A quick hop in the Romahome to the island of Jura
The day dawned bright and breezy so I decided to nip across to Jura, a ferry trip of about ten minutes from Port Askaig, my port of entry onto Islay. Port Askaig was extremely busy, with separate queues for the Jura ferry and the mainland one. The big mainland ferry was already boarding, and to my horror, as we began to move forward, those cars at the tail end of the mainland queue were being instructed to turn round and reverse onto the ferry to fill up the last available spaces. I'm feeling anxious just writing this...what if I'm at the back of the queue when I'm heading back to the mainland? I know that I couldn't reverse onto a ferry for love nor money. I'd have to wait for the next one. So, an ultra early start on ferry day to make sure I'm at the front and not the back.
Anyway, first I've got the ordeal of driving onto the smallest boat ever, the one that's chugged up to the quay and put down the narrowest gangway I've ever had to make my way over. I did it! And after a choppy crossing I did it again at the other side and drove onto Jura, onto the only road on the island, which runs along the east coast from bottom to top, and is single track for most of the way. It's very wild country, all owned by five huge estates and used mainly for stalking red deer.
I drove straight to Craighouse, the small village which is the main centre of the island, with a Spar shop, a school, a pub, a church, and of course a distillery. All this with the backdrop of the three mountains known as the paps of Jura and the sparkling turquoise sea.
Walking through the village and investigating various jetties piled with lobster pots, the road ran alongside the shore, with small sandy beaches looking out onto the Small Isles, one called Goat Island, home for wild goats, and one called Useless Island, presumably because it's useless. Most of the houses are old cottages, many with Gaelic names. One fairly newly built house had an engraved stone nameplate by the front wall... The Newhouse. I suppose it makes it easier for the postie to spot.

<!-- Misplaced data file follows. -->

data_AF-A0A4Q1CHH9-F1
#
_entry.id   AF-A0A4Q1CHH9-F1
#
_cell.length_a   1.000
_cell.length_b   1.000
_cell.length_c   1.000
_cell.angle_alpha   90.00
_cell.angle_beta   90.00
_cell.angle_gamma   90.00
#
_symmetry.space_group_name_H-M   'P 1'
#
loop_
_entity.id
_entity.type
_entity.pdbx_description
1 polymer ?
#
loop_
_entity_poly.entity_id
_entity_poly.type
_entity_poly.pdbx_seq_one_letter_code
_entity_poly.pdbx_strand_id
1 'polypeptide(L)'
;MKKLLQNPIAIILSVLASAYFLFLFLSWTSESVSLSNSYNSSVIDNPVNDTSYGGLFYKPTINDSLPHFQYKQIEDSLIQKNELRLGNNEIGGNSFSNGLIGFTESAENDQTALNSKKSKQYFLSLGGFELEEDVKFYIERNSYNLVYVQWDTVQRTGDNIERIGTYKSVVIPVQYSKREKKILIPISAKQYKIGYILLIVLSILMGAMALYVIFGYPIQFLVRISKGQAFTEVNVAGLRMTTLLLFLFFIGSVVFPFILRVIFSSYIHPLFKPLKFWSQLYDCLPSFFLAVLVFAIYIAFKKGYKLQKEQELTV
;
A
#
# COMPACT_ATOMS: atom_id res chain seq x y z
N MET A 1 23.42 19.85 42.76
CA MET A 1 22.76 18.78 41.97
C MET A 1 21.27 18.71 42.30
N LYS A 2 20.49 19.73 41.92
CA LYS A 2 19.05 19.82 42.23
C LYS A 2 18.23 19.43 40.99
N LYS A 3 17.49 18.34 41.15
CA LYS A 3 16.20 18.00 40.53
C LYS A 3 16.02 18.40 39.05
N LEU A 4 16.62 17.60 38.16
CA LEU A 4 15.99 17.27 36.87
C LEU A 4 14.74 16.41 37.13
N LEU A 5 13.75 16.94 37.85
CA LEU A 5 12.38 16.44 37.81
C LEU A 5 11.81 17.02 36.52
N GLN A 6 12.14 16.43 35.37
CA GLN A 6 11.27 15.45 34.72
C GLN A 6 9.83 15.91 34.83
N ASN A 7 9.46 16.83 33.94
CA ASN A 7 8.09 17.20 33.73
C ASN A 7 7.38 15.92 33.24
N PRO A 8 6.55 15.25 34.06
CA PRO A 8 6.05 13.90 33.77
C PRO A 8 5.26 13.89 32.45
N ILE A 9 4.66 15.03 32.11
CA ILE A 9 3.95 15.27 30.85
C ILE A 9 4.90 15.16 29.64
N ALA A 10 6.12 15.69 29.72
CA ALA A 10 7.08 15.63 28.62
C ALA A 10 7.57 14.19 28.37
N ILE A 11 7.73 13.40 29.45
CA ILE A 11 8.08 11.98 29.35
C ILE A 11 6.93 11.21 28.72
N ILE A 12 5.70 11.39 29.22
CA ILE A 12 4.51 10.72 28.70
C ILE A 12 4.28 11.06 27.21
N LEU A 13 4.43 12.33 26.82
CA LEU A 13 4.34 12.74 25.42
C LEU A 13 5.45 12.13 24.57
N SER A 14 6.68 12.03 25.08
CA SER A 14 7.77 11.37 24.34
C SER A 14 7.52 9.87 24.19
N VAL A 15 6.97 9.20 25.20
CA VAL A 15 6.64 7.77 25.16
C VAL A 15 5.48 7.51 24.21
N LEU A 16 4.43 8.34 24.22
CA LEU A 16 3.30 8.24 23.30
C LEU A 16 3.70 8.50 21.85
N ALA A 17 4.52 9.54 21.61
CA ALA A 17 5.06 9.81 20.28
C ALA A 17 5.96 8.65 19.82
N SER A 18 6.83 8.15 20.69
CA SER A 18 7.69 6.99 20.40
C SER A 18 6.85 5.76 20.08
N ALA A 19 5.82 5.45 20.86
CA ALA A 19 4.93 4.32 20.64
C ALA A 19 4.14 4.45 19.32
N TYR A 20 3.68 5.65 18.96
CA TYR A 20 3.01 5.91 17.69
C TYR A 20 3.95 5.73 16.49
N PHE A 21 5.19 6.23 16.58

We came to a sign pointing inland saying "cemetery" and decided to investigate. The track went up and up, passing by some ruined cottages and renovated houses, eventually reaching the cemetery, with a stream on two sides of it, set amongst the blazing yellow gorse. There were some ancient stones with Celtic carvings alongside others from the 18th 19th and 20th centuries. An older couple were tidying one of the graves and said that these days they know more people in the cemetery than their living family and friends.
Back down to the village for some soup and a pot of tea at the Jura Hotel. Everyone who came in was talking about a recent wedding in the village, clearly a good bash. Heading back to the Romahome we passed a Royal Bank of Scotland mobile bank, parked up by the Spar shop and it later joined the ferry queue going back to Islay. I don't know how often it goes to Jura, but it really struck home for me the real remoteness of this very large but sparsely populated island.
We were near the front of the ferry queue but by the time it came there were too many cars, vans and mobile banks to fit on, so quite a few people just had to wait for the ferry to come back forty minutes later. The wind had whipped up and the turquoise waves swayed us about on the short crossing back to Islay, which now feels like a metropolis in comparison to neighbouring Jura.